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Drawing the Line

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  #1  
Old 08-09-2001, 09:38 PM
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Drawing the Line

OK everybody . . . I'd like to get your feedback. Doug and I began talking about this in the old forum, and I'd like to continue our discussion.

As you know, photo restoration and enhancement takes a lot of talent and learning. Usually if a close family member or friend asks me to work on a photo I don't mind doing the work "pro bono" or in other words, for free. But my question is this: Where do you draw the line? When do you start charging people?

I mean, this work certainly is not "worthless" by any stretch of the imagination. And no one should have to give away their talents.

What do you guys think?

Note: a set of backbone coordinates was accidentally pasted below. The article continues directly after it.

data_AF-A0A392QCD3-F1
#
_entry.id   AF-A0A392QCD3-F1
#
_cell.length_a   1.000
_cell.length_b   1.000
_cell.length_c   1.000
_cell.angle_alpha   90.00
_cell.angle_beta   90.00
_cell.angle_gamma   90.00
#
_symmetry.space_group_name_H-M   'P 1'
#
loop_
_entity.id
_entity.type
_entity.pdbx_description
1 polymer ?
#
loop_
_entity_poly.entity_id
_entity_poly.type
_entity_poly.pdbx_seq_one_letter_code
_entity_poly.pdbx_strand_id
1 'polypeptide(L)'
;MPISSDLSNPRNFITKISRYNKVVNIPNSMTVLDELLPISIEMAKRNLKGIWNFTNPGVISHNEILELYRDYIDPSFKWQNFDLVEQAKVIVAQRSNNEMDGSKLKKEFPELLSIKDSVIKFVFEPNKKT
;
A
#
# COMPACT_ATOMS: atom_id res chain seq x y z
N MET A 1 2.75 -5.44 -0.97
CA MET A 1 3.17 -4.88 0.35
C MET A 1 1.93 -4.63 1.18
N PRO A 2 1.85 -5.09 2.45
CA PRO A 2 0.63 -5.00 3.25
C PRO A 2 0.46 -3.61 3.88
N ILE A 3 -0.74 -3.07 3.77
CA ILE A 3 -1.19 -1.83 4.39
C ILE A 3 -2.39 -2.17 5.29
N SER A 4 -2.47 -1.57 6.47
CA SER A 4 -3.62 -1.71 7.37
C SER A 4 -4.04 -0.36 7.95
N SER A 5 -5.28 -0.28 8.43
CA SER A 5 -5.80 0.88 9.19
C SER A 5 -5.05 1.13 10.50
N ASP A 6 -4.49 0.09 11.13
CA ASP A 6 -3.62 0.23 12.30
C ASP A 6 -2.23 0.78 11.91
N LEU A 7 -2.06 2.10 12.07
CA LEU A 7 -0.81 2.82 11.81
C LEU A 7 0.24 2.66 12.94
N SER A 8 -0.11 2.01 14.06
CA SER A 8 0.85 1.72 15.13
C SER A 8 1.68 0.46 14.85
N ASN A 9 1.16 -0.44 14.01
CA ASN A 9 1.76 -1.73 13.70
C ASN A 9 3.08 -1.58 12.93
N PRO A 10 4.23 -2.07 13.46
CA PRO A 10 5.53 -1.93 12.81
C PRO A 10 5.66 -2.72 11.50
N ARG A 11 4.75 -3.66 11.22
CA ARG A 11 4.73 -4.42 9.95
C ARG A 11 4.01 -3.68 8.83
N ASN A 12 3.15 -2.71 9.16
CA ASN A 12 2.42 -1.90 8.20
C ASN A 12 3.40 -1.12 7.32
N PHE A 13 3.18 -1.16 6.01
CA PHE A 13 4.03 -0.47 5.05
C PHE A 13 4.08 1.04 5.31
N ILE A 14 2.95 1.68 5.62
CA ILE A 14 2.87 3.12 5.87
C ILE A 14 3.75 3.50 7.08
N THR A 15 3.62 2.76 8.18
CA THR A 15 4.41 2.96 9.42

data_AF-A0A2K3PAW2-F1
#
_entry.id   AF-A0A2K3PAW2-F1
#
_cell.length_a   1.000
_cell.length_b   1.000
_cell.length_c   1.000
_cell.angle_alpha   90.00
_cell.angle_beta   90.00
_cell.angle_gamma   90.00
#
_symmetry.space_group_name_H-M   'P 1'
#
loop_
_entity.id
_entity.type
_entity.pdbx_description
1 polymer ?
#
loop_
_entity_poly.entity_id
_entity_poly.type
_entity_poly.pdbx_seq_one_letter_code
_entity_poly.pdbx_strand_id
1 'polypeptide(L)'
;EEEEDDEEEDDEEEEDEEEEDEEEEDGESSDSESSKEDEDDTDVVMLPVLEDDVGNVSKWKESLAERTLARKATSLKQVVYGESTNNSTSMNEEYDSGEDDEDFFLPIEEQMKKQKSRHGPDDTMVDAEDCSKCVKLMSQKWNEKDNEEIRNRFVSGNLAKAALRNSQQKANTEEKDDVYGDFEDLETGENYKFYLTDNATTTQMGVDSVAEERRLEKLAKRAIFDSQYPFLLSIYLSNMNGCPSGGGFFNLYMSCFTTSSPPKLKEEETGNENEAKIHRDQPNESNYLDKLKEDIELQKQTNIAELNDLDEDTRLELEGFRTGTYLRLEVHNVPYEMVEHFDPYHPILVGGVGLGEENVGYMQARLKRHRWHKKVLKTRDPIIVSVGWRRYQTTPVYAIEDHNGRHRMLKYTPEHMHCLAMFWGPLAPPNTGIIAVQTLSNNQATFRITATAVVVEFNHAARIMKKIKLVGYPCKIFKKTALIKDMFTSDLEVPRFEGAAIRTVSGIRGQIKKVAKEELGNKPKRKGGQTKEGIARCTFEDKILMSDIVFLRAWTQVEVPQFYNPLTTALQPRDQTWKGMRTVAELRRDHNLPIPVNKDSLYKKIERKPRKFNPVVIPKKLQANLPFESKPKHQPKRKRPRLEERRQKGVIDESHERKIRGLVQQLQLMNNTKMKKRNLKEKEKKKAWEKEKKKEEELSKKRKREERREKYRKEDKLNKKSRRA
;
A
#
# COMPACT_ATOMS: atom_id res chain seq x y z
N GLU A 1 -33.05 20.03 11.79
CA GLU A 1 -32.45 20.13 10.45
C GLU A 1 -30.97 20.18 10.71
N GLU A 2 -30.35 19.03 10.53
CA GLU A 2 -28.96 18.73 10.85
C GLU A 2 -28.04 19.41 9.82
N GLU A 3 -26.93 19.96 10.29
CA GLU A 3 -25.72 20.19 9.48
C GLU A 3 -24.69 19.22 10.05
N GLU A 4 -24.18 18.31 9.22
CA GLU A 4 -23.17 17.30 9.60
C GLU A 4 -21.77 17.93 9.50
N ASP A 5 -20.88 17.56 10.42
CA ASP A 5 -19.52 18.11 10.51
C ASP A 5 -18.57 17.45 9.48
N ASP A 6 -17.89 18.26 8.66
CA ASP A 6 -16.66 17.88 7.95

Amanda
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Old 08-09-2001, 10:33 PM
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Akj, When I started getting serious about retouching I began charging a nominal fee for almost every photo I worked on. Once you begin giving "freebies" it gets very difficult to stop as people will mention that they had you do some work for them and didnt charge for it, which leaves you having to explain to someone why they are being charged for work but their friend was not. Its a slippery slope and I have always made it a policy to charge something for my feeble efforts if for no other reason than to recover the cost of materials. Also, that which is obtained for nothing is generally held in low esteem. A professional has a right to recieve compensation for their work and anyone who has taken the time and spent bundles of money learning to do this type of work certainly qualifies as a Pro in my book, regardless of age or anything else. I guess the bottom line is that you must charge enough to at least cover your costs. People expect to pay for services and you deserve to be compensated for your time,dedication and supplies. Besides, the extra bucks can help support certain luxuries, like living indoors and eating regularly!! Tom
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Old 08-09-2001, 11:13 PM